Game over. Try again?

Over the last three weeks, I’ve received two similar e-mails from two completely different publishers. They were both rejections, but each invited me to submit another piece for their respective next issues.

The first of these was a bulk message, but sent only to selected writers. This group invite experimental and unclassifiable work, so while I’m particularly pleased they liked what they saw, I’m unsure if I’ll have anything else quite so nonconformist. The other place sent a personal thanks, and as it’s more mainstream, it shouldn’t be too difficult to resubmit.

I’m reminded of when I submitted one of my novels to a publisher. They liked the first three chapters enough to ask for the rest of it. They ultimately turned me down as they felt the plot didn’t place the character in enough peril. But they did it in such a constructive manner that I felt I could raise my game and resubmit it, even when I thought it couldn’t be improved upon.

Sometimes it’s just a matter of waiting before a second chance comes along, although James Jones didn’t live to see his reprieve. In 1951, he fought to keep the swearing and gay content in his novel From Here to Eternity, but his publishers wouldn’t allow it. By 2011, times and attitudes had changed, and the uncensored book was finally made available.

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More E-Rejection™ Slips.

A couple of months ago, I discussed the content of rejection slips, or their modern electronic equivalent, which I’ve dubbed E-Rejection™ slips. In that entry, I discussed the feedback to one of my stories, The Strange Case of Mr Brown. I felt the editors had missed the point of the story by their response.

Last weekend, I received another E-Rejection™ from a local publication, and the sender told me that one of the two pieces had been discussed until a late stage in the decision making process, but both had ultimately been refused. That piece was The Strange Case of Mr Brown.

The latest slip didn’t provide any other information about either piece, but I had faith in Mr Brown. It’s written from the point of view of a lawyer in the late 1800s, so it has a certain period style that needs to be believable but understandable to a 21st century audience.

Yet there is such a fine line between self-belief and self-delusion, and not just in writing. It’s terrifically difficult to judge yourself honestly. Just look at the singers on talent shows who are so convinced they’re the next big thing while missing every note.

I’ve considered the question of how to decide whether your self-belief is justified or not. There is probably no single good way, but it’s worth examining any recurring themes in your feedback. If editors or reviewers have different negative comments to make, you probably haven’t made a complete hash of it. But if they all focus in on one or two negative aspects, then there’s a chance you need to put it more work.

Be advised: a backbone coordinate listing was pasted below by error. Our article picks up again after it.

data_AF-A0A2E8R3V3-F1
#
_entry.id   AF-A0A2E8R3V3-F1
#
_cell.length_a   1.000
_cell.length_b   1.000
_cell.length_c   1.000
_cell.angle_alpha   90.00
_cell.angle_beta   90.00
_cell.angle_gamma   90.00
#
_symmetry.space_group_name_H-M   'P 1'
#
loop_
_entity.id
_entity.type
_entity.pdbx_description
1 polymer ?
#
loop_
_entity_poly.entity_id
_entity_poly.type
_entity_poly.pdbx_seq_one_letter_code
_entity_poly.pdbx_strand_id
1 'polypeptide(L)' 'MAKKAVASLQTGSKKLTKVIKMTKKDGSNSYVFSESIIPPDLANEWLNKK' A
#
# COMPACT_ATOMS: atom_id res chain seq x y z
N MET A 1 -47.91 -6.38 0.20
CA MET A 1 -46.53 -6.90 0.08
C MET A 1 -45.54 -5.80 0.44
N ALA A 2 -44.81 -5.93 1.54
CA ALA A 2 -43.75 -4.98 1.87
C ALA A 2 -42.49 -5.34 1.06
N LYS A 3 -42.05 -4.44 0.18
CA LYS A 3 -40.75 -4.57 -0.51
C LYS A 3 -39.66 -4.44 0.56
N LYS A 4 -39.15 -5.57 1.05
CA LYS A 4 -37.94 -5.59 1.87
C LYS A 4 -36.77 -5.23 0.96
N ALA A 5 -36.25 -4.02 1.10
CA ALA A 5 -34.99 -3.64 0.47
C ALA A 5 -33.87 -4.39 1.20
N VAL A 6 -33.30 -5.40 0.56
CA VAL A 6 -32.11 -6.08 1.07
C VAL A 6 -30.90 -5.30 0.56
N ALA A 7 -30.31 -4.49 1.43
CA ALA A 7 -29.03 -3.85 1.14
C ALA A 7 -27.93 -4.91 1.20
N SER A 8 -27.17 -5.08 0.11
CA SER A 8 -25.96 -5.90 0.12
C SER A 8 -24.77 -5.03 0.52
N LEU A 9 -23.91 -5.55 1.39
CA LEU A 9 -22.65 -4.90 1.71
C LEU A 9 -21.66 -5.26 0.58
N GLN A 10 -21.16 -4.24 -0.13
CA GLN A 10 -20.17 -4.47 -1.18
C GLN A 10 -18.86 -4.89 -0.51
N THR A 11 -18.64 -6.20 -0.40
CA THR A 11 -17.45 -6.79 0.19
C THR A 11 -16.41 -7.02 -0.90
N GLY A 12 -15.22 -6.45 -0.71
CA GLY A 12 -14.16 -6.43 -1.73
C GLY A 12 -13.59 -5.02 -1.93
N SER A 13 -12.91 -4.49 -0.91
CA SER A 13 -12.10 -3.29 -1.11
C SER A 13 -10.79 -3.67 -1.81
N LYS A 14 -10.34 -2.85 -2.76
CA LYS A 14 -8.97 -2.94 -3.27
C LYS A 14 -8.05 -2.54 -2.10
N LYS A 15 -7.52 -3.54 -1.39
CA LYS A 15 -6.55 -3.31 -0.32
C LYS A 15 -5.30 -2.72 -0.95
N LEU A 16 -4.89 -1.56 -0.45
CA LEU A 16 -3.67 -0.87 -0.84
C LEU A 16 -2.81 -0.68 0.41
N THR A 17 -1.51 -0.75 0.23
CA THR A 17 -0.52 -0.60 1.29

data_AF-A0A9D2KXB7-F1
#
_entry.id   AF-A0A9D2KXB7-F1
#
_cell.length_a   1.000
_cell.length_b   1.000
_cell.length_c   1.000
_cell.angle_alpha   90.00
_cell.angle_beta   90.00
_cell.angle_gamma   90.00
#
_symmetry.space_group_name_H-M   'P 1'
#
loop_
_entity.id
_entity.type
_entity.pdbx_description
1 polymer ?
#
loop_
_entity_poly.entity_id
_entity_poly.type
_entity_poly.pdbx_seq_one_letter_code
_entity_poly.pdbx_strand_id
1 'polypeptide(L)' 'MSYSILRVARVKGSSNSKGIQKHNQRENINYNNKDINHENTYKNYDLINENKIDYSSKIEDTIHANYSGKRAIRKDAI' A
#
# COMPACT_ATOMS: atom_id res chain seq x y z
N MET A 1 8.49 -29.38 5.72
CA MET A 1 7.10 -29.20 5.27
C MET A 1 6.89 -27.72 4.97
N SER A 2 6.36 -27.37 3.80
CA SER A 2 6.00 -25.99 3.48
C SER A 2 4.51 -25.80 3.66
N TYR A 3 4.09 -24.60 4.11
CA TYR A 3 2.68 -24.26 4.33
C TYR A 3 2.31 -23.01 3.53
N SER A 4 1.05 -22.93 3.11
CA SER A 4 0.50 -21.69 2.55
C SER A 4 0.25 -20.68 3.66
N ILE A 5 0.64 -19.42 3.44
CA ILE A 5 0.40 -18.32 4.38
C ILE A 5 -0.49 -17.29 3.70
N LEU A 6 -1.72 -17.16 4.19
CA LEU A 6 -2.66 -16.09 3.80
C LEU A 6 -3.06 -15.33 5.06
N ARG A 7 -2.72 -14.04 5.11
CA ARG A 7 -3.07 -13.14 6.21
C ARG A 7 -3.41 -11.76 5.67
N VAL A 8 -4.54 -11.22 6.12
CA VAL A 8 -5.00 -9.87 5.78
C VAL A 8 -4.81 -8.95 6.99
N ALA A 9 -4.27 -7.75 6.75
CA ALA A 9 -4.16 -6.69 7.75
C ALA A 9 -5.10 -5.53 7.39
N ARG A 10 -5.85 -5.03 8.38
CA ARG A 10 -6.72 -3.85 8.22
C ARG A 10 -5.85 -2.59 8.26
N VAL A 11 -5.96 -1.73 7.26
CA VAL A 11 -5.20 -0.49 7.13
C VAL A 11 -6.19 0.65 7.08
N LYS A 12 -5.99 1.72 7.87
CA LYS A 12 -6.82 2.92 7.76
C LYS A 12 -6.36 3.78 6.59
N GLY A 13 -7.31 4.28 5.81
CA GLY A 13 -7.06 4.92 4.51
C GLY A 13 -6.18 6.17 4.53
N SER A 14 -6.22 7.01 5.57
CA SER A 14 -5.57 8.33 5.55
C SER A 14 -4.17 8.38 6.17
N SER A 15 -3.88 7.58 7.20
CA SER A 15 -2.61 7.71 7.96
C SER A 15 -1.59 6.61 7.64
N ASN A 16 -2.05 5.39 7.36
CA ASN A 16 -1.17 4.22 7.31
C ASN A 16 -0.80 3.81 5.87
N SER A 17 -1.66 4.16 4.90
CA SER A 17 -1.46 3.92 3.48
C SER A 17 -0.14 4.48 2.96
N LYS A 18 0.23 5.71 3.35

One recurring theme I find is that editors like my writing style, but feel that the plot never took off. That often spurs me on to add twists that I otherwise wouldn’t have felt the need to include.

But if you have a better way of using feedback to your advantage, I’d like to hear it.

Dissecting Two E-rejection™ Slips.

If you’re a writer, feedback is a great thing, although less so if you’re a sound engineer. But the quality can vary considerably. Let’s consider two of my recent rejection slips, or the e-mail equivalent thereof. I think I’ll trademark the term e-rejection™.

We’ll endure the bad one first.

An anthology publisher sent me an e-rejection™ to my short story The Strange Case of Mr Brown, with the opinions of three readers.

Two of them commented that the story was bland, but neither of them offered up any specifics about why they thought so. With that information, I could have refined the weak parts. The third one pointed out that the eponymous Mr Brown had an eidetic memory, and that this case wasn’t strange, but I believe the reviewer missed the point that the, “case,” also referred to an unusual court hearing.

And now for something a lot better.

Some time ago, I sent a synopsis of my novel Fifty Million Nicker to an publisher. Less than two weeks later, they asked for the whole shebang.

In the e-rejection™, they told me that they felt the story didn’t take off and lacked a sense of drama or excitement. But they planted a useful nugget halfway through that summed up the areas for improvement: “You needed to surprise us with unexpected twists, and real obstacles, and genuine peril for the protagonist to overcome.”

Essentially, they were telling me to up my game, and I agreed with 90% of the criticism. I’d spent so long honing and polishing it that I’d never stepped back and considered if I could improve the actual story. And I’m now halfway through rewriting the some of the sections.

The common thread.

Both publishers commented that they liked my writing style, the latter even stated they would be happy to consider future work. When I write, I work to the principle that a sentence is only successful when you understand it after one reading. So it annoys me when I read a headache like this: “He knew that she wanted him to think that she had failed to call his bluff.” That’s not from a real book, thank goodness.

If you’re a publisher and want to slate consider the aforementioned works, I’m happy to send them on.